I was surprised that no poets were included on the list. Sidney Lanier who lived in Tryon and Maya Angelou who taught at Wake Forest University in Winston-Salem, were not mentioned.

How could any list of Carolina authors not include Archibald Rutledge?

Born in McClellanville, South Carolina, in October, 1883, Archibald Rutledge’s parents were Colonel Henry Middleton and Margaret Seabrook Rutledge.  His ancestors included a governor of South Carolina, a chief justice of the United States Supreme Court, and a signer of the Declaration of Independence.

Young Rutledge enjoyed hunting and fishing on his family’s estate, historic Hampton Plantation on the banks of Wambaw Creek near the Lower Santee River. During the Revolutionary War, Francis Marion used the house as a hideout.  George Washington spent one night there.  It was an inspiring place for Archibald to grow up.

He loved the out-of-doors, and early on it was clear that he had a gift for writing.  At three years of age, he composed his first piece of poetry.

I saw a little rattle snake

too young to make his rattle shake.

Being chased by a wicked bull named Abel and being circled by a shark in Tyger Creek were among the adventures, about which he would later write.

Archibald Rutledge attended Porter Military Academy, now known as the distinguished Porter-Gaud School in Charleston.  He graduated from Union College in Schenectady, New York.  There he was editor of the college newspaper and the class poet.  After graduating at the top of his class in 1904, he became the head of the English department at Mercersburg Academy in Pennsylvania.  For 37 years, he lived away from South Carolina.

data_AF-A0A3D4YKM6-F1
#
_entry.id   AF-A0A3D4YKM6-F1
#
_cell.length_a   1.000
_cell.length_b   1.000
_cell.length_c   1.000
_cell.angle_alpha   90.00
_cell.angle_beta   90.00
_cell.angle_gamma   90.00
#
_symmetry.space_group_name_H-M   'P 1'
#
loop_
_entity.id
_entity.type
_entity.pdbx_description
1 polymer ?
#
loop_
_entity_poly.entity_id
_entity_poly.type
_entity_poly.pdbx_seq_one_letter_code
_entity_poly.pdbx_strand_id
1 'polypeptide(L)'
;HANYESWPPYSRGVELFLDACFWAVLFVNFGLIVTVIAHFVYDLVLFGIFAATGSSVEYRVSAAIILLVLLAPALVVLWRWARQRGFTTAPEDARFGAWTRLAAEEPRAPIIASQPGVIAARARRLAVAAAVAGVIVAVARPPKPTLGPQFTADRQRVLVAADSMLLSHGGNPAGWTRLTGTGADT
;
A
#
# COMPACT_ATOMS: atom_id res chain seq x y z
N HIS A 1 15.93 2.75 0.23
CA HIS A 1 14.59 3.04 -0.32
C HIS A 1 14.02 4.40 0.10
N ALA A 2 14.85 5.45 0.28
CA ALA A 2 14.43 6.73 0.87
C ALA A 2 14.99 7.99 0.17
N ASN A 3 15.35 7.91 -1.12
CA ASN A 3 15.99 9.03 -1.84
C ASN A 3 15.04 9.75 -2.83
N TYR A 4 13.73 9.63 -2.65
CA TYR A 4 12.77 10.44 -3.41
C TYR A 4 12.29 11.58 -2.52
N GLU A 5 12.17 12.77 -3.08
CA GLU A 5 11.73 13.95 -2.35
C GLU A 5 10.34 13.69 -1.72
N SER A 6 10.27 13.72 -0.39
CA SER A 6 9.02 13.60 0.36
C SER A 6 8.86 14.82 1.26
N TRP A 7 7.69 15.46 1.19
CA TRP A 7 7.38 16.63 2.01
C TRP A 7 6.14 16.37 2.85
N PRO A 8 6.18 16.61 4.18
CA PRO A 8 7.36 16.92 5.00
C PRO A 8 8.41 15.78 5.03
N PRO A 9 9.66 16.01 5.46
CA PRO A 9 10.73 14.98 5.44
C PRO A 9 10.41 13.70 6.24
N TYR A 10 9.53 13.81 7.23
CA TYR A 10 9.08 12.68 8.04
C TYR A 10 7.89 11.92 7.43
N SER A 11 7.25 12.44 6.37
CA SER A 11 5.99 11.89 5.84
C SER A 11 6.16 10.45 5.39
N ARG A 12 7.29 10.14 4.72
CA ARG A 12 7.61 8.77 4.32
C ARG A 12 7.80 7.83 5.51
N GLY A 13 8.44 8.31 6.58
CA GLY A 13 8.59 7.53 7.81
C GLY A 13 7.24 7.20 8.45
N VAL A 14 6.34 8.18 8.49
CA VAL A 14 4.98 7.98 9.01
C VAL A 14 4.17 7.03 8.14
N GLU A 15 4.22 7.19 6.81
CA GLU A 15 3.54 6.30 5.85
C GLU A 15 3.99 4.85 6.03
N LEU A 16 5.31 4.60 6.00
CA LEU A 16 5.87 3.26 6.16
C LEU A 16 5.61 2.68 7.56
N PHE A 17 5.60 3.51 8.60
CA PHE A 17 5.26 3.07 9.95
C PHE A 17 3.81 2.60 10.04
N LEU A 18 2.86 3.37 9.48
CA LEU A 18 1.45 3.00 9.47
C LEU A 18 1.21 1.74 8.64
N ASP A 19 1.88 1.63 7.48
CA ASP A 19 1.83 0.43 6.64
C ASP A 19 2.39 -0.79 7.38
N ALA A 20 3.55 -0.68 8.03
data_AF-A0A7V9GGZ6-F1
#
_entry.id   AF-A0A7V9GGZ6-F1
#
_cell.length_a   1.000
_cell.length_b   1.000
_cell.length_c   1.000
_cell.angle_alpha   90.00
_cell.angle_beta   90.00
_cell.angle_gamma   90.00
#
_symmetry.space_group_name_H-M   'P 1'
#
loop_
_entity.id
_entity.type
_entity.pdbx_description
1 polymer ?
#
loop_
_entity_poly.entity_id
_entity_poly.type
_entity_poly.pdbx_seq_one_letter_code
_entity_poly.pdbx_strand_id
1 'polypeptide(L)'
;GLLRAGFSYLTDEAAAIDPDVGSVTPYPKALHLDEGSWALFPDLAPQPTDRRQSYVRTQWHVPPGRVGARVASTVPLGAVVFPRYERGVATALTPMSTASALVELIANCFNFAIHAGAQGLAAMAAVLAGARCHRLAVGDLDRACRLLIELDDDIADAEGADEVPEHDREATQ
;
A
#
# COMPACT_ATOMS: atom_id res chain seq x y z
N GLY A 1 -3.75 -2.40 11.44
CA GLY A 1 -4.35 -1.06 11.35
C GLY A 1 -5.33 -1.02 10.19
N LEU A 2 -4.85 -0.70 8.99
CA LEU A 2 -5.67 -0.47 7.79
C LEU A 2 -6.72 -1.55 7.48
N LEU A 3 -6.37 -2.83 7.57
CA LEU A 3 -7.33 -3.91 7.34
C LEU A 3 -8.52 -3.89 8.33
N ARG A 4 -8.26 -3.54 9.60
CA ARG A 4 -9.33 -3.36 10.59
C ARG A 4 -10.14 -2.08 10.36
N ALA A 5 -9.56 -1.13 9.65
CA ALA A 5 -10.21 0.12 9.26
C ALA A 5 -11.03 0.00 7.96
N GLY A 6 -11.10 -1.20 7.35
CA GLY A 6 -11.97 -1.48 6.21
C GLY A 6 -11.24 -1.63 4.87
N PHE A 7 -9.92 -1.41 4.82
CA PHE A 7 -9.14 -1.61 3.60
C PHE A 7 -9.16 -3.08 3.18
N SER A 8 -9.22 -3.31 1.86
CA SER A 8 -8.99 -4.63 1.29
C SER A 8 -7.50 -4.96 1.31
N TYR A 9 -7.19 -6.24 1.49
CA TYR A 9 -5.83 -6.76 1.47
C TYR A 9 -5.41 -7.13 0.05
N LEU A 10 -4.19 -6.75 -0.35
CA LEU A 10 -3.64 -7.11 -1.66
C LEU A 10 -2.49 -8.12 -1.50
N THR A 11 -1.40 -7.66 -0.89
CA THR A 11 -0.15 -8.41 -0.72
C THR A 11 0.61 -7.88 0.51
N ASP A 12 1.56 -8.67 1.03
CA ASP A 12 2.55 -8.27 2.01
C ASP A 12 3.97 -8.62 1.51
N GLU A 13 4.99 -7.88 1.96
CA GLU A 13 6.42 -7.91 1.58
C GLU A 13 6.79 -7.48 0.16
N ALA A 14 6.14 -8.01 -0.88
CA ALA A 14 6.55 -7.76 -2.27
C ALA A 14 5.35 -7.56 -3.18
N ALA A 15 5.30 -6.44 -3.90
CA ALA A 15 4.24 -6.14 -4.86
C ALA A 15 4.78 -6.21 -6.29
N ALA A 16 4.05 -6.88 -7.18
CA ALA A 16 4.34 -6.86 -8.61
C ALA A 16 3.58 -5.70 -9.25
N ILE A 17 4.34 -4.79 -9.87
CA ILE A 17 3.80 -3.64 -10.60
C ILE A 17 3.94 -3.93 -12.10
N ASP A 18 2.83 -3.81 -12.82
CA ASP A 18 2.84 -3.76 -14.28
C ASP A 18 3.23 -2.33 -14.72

During his time in Pennsylvania, he became one of America’s best loved outdoor writers.  His stories appeared in Outdoor Life and Field and Stream.  He wrote more than 50 books, including An American Hunter, Old Plantation Days, and Wildlife of the South.  His stories revealed the behavior of fox, deer, eagles, crows, and snakes.

Archibald Rutledge’s poems were widely published in magazines and books.  South Carolina Governor Ibra Blackwood was impressed with the writings of Rutledge. Though the author was living in Pennsylvania, the governor regarded him as a true South Carolina native.  In 1934, Archibald Rutledge became the first Poet Laureate of South Carolina.

Rutledge returned to South Carolina in the summertime with his three sons to hunt and fish.  He not only visited Hampton Plantation, but also made trips to the Appalachian Mountains.  From the ocean to the hills, he loved our state.

When he retired, he returned to Hampton Plantation and spent the remainder of his nearly 90 years, restoring his home.

I recently found an autographed copy of his collection of poems, Deep River. It was published in 1960 and was nominated for the Pulitzer Prize. His poems cover a wide range of subjects, from simple observations to profound thought. Many derive from his Lowcountry roots.

Spanish Moss

In Spanish moss there’s a mystery:

It veils the southern coast;

It shrouds the oaks and cypresses;

In it the little birds are lost.

It makes each wood a haunted place,

And every tree a ghost.